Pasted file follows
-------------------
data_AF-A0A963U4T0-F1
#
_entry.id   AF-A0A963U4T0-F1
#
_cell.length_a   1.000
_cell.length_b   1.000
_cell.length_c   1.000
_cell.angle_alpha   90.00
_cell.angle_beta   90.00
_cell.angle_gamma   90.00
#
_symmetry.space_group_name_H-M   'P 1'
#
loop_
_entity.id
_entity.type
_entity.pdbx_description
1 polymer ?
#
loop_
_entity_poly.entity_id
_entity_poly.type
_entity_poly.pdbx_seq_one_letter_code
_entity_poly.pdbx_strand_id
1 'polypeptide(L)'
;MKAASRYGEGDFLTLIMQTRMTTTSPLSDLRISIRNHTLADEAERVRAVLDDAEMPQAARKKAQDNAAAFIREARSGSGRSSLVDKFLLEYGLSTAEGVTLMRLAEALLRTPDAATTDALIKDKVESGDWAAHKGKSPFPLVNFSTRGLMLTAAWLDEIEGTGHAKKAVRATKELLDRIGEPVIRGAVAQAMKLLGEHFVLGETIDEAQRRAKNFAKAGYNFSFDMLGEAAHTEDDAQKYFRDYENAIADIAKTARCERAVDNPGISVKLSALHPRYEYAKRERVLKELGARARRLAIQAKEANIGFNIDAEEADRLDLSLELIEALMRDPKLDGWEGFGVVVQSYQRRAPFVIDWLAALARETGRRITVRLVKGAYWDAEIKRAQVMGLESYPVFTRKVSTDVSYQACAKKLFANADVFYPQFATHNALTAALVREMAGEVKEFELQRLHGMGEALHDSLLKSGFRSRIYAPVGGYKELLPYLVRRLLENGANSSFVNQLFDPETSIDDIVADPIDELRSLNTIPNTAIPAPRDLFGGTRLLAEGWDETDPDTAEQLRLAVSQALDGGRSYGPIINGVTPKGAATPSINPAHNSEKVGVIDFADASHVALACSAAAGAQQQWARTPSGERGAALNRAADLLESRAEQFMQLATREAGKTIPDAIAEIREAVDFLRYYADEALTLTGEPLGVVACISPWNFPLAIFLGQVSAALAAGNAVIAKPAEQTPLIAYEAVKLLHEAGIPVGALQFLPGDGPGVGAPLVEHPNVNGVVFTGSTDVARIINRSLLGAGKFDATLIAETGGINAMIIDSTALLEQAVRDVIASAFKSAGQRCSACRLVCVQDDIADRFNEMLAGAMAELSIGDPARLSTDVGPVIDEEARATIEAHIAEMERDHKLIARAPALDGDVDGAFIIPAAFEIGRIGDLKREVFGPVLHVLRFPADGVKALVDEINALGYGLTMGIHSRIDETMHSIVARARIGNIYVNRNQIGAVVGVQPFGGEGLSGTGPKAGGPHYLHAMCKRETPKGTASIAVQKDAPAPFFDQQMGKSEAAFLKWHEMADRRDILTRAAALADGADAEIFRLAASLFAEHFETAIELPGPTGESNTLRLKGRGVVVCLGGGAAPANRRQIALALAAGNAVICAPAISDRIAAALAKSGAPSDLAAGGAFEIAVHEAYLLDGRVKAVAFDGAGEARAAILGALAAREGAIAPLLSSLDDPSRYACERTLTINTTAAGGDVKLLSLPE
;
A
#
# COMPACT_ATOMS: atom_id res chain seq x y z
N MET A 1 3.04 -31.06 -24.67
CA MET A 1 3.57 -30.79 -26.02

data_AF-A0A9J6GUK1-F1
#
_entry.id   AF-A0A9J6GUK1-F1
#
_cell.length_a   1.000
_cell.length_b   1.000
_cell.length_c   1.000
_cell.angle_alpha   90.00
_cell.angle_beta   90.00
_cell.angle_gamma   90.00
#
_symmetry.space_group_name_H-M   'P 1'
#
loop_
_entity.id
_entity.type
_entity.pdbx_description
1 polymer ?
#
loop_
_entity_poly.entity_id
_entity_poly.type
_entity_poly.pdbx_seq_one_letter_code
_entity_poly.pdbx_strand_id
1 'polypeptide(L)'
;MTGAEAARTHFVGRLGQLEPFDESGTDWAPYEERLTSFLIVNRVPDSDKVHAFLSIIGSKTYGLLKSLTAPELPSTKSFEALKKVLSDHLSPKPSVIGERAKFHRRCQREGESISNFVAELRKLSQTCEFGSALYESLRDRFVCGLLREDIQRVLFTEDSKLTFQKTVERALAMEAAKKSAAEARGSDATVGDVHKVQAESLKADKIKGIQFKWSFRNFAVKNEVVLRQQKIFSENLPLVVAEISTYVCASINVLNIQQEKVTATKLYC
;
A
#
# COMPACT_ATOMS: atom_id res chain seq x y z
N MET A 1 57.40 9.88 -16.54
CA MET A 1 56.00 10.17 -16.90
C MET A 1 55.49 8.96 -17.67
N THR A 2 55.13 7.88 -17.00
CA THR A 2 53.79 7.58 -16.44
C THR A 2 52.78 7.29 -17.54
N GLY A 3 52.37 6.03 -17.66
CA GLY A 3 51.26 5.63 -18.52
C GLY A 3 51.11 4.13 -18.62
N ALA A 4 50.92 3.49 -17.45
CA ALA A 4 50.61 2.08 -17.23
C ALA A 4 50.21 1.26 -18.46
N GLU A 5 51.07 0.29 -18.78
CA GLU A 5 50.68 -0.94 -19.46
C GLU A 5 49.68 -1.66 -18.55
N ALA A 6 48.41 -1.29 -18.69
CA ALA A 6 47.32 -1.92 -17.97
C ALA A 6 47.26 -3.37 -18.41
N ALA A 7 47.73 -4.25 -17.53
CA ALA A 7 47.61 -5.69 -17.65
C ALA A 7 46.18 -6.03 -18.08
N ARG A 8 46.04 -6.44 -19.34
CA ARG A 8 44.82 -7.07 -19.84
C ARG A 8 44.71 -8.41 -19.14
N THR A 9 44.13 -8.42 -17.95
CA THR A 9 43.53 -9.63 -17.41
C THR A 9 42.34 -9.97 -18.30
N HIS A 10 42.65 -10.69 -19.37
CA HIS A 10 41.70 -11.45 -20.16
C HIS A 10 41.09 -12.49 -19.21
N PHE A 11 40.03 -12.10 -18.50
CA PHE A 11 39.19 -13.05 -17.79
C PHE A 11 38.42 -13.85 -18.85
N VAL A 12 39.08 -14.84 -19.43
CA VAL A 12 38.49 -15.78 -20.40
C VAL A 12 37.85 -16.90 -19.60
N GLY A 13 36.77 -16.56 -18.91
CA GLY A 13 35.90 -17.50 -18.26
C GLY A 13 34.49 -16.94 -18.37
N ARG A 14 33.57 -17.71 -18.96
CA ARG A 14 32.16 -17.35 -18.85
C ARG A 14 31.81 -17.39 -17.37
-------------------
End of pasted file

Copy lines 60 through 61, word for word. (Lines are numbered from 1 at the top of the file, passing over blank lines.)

A
#